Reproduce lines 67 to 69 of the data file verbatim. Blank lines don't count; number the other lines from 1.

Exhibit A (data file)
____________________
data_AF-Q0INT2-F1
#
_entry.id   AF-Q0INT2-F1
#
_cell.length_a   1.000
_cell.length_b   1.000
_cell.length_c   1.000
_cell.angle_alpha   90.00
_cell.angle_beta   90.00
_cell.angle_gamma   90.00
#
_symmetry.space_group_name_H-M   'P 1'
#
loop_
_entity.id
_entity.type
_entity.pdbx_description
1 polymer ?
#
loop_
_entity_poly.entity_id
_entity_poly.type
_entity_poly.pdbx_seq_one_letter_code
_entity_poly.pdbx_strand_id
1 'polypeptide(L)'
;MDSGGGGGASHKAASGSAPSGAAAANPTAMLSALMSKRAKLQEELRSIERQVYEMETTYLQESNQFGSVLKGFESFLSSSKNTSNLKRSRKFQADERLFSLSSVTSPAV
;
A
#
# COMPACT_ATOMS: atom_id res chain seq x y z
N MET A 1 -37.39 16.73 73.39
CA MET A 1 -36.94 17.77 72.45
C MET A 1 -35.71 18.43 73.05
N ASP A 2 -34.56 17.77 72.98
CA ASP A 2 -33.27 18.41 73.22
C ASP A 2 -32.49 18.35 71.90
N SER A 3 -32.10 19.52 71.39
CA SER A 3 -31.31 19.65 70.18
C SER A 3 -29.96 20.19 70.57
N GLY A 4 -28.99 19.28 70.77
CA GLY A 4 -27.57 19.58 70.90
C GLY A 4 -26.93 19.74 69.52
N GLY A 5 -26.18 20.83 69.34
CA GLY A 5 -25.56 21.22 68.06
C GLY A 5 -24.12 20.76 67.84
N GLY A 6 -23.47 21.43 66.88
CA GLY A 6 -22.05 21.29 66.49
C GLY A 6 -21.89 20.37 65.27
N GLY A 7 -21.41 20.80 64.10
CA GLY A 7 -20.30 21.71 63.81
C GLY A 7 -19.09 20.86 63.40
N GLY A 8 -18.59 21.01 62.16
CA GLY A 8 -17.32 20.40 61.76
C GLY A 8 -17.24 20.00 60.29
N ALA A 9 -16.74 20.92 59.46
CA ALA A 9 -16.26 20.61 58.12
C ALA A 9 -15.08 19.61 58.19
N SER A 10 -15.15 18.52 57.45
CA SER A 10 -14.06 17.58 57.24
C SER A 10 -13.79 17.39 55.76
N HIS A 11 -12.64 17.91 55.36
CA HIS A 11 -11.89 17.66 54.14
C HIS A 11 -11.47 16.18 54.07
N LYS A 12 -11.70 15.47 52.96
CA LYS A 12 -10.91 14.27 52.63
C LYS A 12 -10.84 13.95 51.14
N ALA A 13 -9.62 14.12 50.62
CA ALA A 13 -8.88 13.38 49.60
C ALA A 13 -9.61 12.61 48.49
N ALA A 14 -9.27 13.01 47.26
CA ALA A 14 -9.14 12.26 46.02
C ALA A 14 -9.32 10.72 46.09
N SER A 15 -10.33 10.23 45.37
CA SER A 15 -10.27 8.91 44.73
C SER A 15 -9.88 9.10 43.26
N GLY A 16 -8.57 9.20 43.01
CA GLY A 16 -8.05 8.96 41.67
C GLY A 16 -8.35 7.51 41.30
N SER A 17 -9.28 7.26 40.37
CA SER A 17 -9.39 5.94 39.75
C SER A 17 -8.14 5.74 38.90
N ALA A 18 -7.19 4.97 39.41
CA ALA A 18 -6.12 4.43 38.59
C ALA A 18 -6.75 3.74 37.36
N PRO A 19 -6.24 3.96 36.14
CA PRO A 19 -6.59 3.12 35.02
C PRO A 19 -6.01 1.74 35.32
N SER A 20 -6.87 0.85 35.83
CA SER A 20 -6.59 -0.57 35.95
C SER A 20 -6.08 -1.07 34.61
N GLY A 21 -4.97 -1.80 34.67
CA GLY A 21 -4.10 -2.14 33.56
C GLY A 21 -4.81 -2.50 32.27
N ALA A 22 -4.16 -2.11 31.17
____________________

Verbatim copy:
N ALA A 13 -9.62 14.12 50.62
CA ALA A 13 -8.88 13.38 49.60
C ALA A 13 -9.61 12.61 48.49